Examples of passive income for a therapist include:

  • Ebooks
  • Online courses
  • Licensing a program to other therapists or content providers
  • Providing media content, eg. meditation videos or images based on your art
  • Print on demand products
  • Subletting space in your office to another therapist
  • Developing a paid app for clients or other therapists

You can also earn passive income from the following services:

  • Affiliate income – examples include Amazon affiliate links
  • Podcast – income can come from sponsorships or advertising
  • YouTube – income can come from advertising revenue derived from YouTube advertisers or sponsors.

These are all legitimate ways of earning extra income, however, for a therapist, there may be potential issues to consider. When you are associating your therapeutic services with advertisers, this can have the potential to create a conflict of interest whereby you may be seen as influencing a vulnerable audience to make purchases that may appear as being endorsed by you.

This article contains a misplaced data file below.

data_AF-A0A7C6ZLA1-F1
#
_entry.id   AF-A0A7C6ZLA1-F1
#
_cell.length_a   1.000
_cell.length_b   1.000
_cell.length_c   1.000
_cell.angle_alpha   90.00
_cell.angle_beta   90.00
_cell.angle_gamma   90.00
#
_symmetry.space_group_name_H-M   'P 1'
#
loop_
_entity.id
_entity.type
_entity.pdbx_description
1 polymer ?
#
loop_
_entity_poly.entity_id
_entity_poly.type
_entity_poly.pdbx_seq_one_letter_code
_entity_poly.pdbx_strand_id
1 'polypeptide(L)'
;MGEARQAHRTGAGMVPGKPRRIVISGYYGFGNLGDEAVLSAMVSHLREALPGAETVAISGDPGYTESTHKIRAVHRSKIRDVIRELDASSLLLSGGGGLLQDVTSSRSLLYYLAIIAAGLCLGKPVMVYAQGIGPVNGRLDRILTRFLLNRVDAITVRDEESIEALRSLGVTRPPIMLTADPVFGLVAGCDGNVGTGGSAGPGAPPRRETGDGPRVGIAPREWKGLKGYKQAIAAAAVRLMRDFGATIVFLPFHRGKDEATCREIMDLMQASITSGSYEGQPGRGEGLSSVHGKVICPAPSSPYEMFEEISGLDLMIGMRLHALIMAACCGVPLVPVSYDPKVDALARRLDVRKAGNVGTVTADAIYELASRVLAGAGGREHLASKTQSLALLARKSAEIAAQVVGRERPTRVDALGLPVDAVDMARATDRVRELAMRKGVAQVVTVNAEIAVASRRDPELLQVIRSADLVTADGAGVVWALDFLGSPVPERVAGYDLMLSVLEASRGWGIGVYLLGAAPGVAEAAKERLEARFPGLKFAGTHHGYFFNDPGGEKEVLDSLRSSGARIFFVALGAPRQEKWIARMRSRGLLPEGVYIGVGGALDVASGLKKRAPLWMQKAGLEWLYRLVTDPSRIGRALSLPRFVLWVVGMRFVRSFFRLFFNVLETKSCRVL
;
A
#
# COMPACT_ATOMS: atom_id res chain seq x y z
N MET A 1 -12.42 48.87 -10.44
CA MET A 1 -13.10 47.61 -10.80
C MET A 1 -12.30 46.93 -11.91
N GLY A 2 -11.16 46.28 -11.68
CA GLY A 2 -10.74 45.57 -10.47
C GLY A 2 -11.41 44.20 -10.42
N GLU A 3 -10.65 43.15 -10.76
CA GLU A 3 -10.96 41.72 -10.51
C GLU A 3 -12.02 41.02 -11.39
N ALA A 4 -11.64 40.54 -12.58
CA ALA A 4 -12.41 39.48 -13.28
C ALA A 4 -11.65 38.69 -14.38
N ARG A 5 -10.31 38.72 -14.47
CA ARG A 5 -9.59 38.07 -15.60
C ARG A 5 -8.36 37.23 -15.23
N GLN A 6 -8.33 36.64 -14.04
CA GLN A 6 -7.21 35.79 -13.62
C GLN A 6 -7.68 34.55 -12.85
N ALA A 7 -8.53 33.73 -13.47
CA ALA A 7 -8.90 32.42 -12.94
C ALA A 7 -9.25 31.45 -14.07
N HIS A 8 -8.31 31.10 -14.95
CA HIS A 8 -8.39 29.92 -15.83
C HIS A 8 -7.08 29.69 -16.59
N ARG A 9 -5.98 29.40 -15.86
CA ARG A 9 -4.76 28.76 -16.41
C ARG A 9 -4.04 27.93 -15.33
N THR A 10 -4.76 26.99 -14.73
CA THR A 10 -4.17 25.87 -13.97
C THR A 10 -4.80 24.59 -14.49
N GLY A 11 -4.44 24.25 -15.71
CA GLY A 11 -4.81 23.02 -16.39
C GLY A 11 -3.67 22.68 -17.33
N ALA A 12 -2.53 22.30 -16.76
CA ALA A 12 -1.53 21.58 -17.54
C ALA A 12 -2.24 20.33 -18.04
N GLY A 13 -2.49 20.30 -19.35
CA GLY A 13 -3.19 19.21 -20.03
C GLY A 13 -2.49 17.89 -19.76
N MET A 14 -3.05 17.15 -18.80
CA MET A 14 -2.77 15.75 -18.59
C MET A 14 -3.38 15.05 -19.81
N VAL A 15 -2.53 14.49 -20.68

Additionally, audience members may feel obliged to help generate income for you if they feel they are gaining benefits from your products and services. This is not usually a problem where the boundaries are clearly defined between service provider and audience member, however, in the case of mental health, it is useful to consider the context of who your audience members are and whether issues of influence and boundaries are to be considered.

The below posts about ethical considerations for therapists may provide some additional information for you to consider when pursuing passive income opportunities:


There are many ideas you can implement to generate passive income, however, every idea takes effort and therefore it’s useful to initially focus on one avenue at a time and develop your content and delivery methods until they can provide you with a consistent level of income. At that time you can then move on to adding more alternative income earning opportunities.

As you think about what methods might suit you, also try and see how some of the methods can be implemented in connection with each other.

For example, you may write an ebook, which you can then turn into an ecourse, which you can then develop into bonus audio files for purchase. One idea and one concept can be developed and delivered in a variety of ways. This provides you with an opportunity to fully utilise your content as well as provide alternative options for consumers to engage in your services and products.